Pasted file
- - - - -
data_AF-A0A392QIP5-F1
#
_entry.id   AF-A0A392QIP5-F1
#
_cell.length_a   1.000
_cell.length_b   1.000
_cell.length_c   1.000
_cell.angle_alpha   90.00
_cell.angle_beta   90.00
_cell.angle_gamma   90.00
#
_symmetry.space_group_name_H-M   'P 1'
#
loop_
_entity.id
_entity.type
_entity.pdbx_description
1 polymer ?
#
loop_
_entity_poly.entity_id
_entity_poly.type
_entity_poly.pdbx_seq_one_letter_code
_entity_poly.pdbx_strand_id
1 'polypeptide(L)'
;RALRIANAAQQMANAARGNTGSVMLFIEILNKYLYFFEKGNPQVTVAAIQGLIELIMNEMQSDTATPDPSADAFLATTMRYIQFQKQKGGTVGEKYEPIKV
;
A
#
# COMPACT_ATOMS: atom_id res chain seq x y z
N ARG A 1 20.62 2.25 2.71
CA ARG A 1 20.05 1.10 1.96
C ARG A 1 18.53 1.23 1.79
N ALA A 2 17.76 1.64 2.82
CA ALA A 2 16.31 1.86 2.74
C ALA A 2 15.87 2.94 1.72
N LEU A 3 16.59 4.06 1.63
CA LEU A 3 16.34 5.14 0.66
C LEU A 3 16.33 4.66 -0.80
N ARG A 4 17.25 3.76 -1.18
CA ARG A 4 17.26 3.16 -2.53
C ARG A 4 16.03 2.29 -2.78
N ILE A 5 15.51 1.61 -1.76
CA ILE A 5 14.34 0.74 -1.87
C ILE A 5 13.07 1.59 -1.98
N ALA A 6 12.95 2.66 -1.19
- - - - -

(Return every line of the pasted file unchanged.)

data_AF-A0A392QIP5-F1
#
_entry.id   AF-A0A392QIP5-F1
#
_cell.length_a   1.000
_cell.length_b   1.000
_cell.length_c   1.000
_cell.angle_alpha   90.00
_cell.angle_beta   90.00
_cell.angle_gamma   90.00
#
_symmetry.space_group_name_H-M   'P 1'
#
loop_
_entity.id
_entity.type
_entity.pdbx_description
1 polymer ?
#
loop_
_entity_poly.entity_id
_entity_poly.type
_entity_poly.pdbx_seq_one_letter_code
_entity_poly.pdbx_strand_id
1 'polypeptide(L)'
;RALRIANAAQQMANAARGNTGSVMLFIEILNKYLYFFEKGNPQVTVAAIQGLIELIMNEMQSDTATPDPSADAFLATTMRYIQFQKQKGGTVGEKYEPIKV
;
A
#
# COMPACT_ATOMS: atom_id res chain seq x y z
N ARG A 1 20.62 2.25 2.71
CA ARG A 1 20.05 1.10 1.96
C ARG A 1 18.53 1.23 1.79
N ALA A 2 17.76 1.64 2.82
CA ALA A 2 16.31 1.86 2.74
C ALA A 2 15.87 2.94 1.72
N LEU A 3 16.59 4.06 1.63
CA LEU A 3 16.34 5.14 0.66
C LEU A 3 16.33 4.66 -0.80
N ARG A 4 17.25 3.76 -1.18
CA ARG A 4 17.26 3.16 -2.53
C ARG A 4 16.03 2.29 -2.78
N ILE A 5 15.51 1.61 -1.76
CA ILE A 5 14.34 0.74 -1.87
C ILE A 5 13.07 1.59 -1.98
N ALA A 6 12.95 2.66 -1.19